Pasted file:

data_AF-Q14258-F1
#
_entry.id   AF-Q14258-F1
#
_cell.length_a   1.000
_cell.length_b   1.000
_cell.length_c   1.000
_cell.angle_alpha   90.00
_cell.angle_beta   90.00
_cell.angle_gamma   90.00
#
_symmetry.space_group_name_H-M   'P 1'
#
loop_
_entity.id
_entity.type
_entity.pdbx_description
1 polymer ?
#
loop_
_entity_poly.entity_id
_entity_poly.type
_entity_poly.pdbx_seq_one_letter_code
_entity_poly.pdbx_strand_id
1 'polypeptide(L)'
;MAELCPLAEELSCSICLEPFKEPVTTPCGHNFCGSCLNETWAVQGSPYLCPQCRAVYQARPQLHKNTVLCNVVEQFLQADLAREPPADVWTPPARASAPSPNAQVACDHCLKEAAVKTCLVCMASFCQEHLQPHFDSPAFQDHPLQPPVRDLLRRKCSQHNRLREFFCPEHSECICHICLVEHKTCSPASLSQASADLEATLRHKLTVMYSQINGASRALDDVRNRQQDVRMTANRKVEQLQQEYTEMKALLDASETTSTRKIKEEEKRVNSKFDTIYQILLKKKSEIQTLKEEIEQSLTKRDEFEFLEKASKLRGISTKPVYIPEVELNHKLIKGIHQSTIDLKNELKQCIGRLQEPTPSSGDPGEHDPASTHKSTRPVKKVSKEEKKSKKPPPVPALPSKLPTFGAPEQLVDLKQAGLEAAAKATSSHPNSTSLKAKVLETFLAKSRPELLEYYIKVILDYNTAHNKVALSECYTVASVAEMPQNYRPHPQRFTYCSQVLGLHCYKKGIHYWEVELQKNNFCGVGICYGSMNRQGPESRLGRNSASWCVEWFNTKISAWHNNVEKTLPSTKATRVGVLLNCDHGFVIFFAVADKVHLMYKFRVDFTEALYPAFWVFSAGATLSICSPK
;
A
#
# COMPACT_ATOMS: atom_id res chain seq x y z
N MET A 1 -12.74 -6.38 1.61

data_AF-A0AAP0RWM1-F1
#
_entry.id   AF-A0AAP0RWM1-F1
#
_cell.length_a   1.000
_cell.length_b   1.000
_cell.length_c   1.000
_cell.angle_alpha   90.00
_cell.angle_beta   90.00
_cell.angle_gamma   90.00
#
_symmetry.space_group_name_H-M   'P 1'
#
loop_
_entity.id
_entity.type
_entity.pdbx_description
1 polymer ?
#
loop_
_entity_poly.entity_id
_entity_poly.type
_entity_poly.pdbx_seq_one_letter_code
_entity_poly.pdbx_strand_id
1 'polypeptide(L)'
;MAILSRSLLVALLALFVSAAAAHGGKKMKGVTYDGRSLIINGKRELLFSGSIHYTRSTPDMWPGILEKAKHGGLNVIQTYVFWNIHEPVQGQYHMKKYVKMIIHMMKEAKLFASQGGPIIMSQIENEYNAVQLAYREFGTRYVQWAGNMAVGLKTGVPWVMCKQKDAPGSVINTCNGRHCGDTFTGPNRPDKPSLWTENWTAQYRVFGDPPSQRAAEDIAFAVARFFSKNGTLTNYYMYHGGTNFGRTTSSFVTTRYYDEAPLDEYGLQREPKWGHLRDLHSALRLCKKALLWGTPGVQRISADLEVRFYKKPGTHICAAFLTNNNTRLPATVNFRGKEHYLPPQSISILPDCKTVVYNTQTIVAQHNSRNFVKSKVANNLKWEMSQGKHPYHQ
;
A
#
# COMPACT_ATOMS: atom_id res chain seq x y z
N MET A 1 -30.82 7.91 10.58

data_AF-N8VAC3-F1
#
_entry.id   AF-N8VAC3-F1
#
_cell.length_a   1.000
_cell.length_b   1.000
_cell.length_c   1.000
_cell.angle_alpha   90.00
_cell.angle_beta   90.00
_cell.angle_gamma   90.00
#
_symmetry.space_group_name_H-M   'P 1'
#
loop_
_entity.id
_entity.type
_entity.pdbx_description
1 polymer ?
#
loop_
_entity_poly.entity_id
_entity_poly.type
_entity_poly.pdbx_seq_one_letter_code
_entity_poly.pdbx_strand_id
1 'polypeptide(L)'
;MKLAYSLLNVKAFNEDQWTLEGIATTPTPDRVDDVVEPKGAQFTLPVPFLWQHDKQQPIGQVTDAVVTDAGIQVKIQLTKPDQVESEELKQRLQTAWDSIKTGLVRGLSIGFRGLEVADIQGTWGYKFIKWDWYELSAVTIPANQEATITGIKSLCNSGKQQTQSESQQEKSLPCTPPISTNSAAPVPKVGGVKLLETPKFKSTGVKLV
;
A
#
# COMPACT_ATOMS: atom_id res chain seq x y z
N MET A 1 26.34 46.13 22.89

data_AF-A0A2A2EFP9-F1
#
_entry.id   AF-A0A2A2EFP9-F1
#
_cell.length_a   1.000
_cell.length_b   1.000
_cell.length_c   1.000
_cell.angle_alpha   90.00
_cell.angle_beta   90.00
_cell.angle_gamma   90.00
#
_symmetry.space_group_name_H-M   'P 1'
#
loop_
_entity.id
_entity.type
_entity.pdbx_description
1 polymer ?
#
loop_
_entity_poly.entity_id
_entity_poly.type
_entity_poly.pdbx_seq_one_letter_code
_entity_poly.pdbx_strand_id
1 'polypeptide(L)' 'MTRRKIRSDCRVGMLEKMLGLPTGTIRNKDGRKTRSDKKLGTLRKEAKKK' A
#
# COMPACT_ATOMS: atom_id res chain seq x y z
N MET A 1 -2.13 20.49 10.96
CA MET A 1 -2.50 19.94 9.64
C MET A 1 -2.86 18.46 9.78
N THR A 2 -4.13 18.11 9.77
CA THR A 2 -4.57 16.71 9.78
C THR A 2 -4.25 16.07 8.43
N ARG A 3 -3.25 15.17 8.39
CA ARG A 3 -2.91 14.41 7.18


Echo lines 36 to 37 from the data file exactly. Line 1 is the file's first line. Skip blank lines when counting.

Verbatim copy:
_cell.length_a   1.000
_cell.length_b   1.000